The COVID-19 pandemic had a devastating impact on human lives, the economy and it significantly impacted MLB. Without fans in seats, league revenue dropped for the first time in years. MLB owners talked about financial losses of ‘biblical’ proportions and their employees paid for it more than anyone.
In May 2021, the Athletics furloughed half of their front office, made significant cuts in scouting and business operations and those cuts carried over through October 2020. Fisher also wanted to stop paying minor-league players, many of whom make less than minimum wage, until an overwhelming public backlash led to pay being restored.
Oakland made a few moves to stay competitive on the diamond in 2021, but nothing substantial enough to make a difference. Following an 86-win season, plans were made to drastically cut payroll. Once a new MLB CBA was signed, Fisher and the Athletics’ organization received exactly what they wanted.
For one thing, the new CBA ensured labor peace for the next five years and that resulted in new broadcasting rights deals with NBC and Apple. With new sources of league revenue already secured, the A’s received something even more valuable
As part of the new CBA, the Athletics are being phased back into the revenue-sharing tier of MLB teams. It’s at a 25% increment each season, per The Athletic’s Ken Rosenthal, over the next four years. Considering the club receive $34 million from the revenue sharing in 2016 (San Francisco Chronicle) and MLB’s financial numbers have soared since then, a significant portion of the team’s 2022 payroll will be covered by other MLB teams.
That’s the ultimate prize for teams who are spending less than $75 million per season, a majority of the player salaries are covered by clubs like the Yankees, Giants, Red Sox, Dodgers and Chicago Cubs. It makes it even easier to maximize the profit margins for Fisher and like-minded team owners.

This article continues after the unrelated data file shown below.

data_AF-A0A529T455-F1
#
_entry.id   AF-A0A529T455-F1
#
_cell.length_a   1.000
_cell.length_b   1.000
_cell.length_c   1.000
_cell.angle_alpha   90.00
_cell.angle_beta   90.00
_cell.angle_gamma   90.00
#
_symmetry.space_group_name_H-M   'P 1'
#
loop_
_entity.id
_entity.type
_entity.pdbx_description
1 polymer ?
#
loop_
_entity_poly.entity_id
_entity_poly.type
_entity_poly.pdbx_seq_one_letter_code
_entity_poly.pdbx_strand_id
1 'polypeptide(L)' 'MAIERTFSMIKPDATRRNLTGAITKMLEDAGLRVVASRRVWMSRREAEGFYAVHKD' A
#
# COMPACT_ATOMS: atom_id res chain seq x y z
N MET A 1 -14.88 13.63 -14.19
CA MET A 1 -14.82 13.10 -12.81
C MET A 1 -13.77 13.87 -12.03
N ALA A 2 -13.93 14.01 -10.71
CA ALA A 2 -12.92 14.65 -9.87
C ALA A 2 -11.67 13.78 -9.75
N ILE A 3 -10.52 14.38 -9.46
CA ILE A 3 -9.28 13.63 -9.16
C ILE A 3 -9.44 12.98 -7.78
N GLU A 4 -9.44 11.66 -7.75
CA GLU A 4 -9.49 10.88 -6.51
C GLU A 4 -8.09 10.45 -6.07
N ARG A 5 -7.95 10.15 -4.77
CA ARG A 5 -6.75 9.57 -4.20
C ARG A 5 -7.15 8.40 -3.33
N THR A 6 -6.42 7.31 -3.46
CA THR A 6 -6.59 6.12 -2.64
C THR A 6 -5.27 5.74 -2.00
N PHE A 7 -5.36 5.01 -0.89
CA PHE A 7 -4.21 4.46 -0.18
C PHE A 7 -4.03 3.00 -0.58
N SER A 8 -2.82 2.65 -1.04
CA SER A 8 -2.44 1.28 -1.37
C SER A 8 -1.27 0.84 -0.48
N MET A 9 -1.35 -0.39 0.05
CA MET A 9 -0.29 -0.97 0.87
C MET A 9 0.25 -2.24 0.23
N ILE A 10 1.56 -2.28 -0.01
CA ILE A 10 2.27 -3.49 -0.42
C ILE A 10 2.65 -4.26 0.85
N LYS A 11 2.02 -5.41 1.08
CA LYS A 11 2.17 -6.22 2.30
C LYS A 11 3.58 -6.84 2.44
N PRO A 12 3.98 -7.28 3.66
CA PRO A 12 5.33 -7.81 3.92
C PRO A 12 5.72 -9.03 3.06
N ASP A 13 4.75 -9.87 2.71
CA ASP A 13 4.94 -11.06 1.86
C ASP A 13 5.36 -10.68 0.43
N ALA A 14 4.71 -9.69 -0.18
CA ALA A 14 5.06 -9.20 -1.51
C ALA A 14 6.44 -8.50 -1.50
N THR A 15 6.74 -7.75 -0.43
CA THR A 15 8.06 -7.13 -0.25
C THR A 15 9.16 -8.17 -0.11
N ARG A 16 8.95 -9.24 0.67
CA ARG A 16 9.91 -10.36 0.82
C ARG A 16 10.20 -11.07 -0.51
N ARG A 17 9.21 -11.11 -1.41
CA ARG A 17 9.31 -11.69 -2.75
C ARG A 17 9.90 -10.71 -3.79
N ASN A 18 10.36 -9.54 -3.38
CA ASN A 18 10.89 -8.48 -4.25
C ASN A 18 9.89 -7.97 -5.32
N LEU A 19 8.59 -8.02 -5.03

FanGraphs estimated in 2016 that the Athletics received $41 million per season from local TV revenue and gate receipts for home games from 2014-’19 averaged out at $37.16 million per season, per Statista.
With the club’s payroll cut dramatically this season, the Athletics will be one of the worst MBL teams in 2022 and Fisher could see a better revenue than when the club competed.
Oakland deserves better than Fisher’s Athletics will provide
Oakland already went through a painful experience with the Raiders’ departure, this region deserves a pro team it can pour its heart out for every season. Unfortunately, Fisher has pushed things to the point where the Oakland Athletics don’t deserve the right to have this support.
The new MLB CBA states that the A’s will lose their revenue-sharing status if a deal for a new ballpark isn’t in place by January 25, 2024. While that stipulation doesn’t specify where the stadium must be approved, meaning Las Vegas is a possibility, Oakland shouldn’t budge another inch on a publicly-funded stadium.
Since buying the franchise for $180 million in 2005, Fisher has never shown the willingness to invest in this team or a new ballpark. While team owners claim that the sport isn’t very profitable, the new TV deals and the estimated team valuation say differently.
- Oakland Athletics team value: $1.18 billion (Forbes)
If Fisher isn’t willing to cover the costs for a new stadium, Oakland should wish him well. Whether it means the franchise relocates to Las Vegas, Fisher sells the team for a profit or he loses the financial cushion of revenue sharing, it should no longer matter to the city.
After so many years of fans pouring their heart, time, money and emotions into this club, it’s time to walk away when the person running things values a profit increase over a good baseball team, a happy fan base and people having jobs.